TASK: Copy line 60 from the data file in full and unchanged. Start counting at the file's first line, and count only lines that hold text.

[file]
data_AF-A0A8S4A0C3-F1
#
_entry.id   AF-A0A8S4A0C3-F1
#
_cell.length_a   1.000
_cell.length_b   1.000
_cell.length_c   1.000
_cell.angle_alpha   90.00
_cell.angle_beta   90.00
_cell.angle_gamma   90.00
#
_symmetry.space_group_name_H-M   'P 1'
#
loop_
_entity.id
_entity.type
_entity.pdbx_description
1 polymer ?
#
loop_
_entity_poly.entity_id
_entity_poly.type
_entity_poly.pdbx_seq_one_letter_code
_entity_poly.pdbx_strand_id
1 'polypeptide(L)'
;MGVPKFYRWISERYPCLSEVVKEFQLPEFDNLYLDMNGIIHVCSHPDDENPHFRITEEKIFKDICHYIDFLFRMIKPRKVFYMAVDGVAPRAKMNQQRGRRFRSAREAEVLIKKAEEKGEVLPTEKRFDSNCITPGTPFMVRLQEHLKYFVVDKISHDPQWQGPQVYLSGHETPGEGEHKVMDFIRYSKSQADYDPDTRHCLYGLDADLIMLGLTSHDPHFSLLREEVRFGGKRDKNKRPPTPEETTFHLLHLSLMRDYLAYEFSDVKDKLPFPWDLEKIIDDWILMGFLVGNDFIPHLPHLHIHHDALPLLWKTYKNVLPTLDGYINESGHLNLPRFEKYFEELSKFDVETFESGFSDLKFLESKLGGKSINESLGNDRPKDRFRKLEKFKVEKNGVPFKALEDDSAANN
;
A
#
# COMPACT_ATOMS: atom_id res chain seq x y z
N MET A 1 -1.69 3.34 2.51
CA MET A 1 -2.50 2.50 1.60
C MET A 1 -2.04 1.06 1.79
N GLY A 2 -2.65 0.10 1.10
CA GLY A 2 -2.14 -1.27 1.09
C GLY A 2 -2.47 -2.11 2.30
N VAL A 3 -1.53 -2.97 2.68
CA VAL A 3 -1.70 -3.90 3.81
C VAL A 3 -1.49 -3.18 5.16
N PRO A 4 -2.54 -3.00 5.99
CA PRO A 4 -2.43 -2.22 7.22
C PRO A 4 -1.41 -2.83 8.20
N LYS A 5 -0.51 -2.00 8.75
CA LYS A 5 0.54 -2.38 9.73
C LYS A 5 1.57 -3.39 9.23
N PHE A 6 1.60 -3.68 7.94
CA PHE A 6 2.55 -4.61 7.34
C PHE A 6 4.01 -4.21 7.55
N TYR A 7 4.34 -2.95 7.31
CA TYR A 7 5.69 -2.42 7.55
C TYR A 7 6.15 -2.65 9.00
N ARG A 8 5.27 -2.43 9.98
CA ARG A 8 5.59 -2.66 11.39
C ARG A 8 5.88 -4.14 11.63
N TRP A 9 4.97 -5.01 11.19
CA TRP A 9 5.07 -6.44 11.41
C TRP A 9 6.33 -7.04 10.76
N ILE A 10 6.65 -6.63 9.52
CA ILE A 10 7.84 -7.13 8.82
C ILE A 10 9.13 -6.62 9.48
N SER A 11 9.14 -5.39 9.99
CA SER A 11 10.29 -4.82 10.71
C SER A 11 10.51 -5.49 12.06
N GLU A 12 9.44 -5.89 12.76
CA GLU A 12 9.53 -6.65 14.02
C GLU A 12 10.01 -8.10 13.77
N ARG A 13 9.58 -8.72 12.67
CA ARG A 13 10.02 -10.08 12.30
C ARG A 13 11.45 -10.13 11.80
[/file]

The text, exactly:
C ILE A 10 9.13 -6.62 9.48